What happens when you think the evil force that has been ruling over your nation has been removed from power, but turns out to still have a lingering influence? Or that its successor turns out to be even worse? Nope, this isn’t the United Kingdom in 2023, but 144 years down the line in 2167.
After the Daleks is Big Finish’s sequel to First Doctor television story The Dalek Invasion of Earth and while released in August 2021, it’s worth revisiting now because of the parallels to the present. It’s a contemporary story, but set in the far future and also in the style of 1960s Doctor Who.
The opening story of the seventh series of The Early Adventures range focuses on Susan Foreman after she leaves the TARDIS and seeks to help Earth recover from its society-destroying Dalek invasion, and acts almost as the seventh to 10th episodes of its TV prequel.
Marcus Bray is the governor of Zone 5, where the UK is, and has very different ideas to Susan about how a post-Dalek society should operate. He wants to get things back to normal, such as having Big Ben bonging again, having good trade relations with international neighbours, and stopping the violence that can sometimes make London’s streets a scary place to be. Ah, well, that’s familiar.
Now the Daleks are not in charge, their influence should have waned. But some people still think they’re Robomen, there’s a Dalek shell still about, and a self-interested ideology that festers in the Palace of Westminster.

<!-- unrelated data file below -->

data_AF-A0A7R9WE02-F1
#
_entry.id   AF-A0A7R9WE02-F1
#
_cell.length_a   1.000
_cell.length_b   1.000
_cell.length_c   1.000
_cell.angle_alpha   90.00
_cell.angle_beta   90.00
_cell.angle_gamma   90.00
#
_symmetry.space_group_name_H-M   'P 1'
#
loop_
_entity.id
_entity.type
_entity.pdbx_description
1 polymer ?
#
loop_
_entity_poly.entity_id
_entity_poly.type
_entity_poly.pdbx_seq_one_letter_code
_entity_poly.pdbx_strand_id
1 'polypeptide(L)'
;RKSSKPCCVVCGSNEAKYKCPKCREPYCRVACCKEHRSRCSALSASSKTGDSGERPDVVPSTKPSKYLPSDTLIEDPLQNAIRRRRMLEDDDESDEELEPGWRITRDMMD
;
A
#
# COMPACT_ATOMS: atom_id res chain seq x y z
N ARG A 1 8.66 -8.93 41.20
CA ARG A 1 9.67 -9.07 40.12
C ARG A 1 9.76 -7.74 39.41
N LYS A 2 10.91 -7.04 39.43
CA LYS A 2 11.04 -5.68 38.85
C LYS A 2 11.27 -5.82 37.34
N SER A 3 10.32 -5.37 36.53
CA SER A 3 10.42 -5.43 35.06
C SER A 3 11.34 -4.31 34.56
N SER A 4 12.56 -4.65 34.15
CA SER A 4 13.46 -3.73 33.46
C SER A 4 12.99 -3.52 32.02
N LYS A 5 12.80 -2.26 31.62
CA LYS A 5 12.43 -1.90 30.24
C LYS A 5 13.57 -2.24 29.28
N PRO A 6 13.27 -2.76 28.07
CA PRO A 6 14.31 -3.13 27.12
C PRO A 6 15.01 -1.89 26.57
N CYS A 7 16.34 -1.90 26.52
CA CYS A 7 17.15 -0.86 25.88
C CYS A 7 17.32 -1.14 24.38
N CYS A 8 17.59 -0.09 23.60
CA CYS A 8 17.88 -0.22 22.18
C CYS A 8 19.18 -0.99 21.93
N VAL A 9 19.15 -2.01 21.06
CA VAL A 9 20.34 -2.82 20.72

This story sets up a depressing but totally believable picture of a future Britain, and then takes Susan and basically makes her ‘the only adult in the room’. Which, given how ‘young’ she is when she leaves the TARDIS, is one of this story’s greatest strengths as this is the beginning of the adult Susan encountered several times by the Eighth Doctor.
But her endeavours to help the human race are undone by her own alien status, which is used by others to stir up hate once she stands for election to make her ideas known. The stakes get higher and higher, exposing the rot at the heart of Zone 5 politics, before a big episode two cliffhanger.
David Campbell (played by Sean Biggerstaff in this release) is not forgotten and his point of view is used more for the next episode as Susan’s situation becomes more concerning. Events don’t move forward too much when Susan is not involved, but that’s because other plot strands are accelerating instead to built up to a final episode where the personal, political, and the despicable collide.
It packs a lot into the final half-hour, but it feels like the chaos that erupts is inevitable in what has been shown of all the characters up to that point. It’s truly a story about what bad people do in bad situations, and why it’s usually they who emerge strengthened in the peacetime afterwards while normal people continue to suffer. Within its brief as part of The Early Adventures, it feels like 1960s Doctor Who, while also being a product of the 2020s and a story that would slot into the revived era of the show.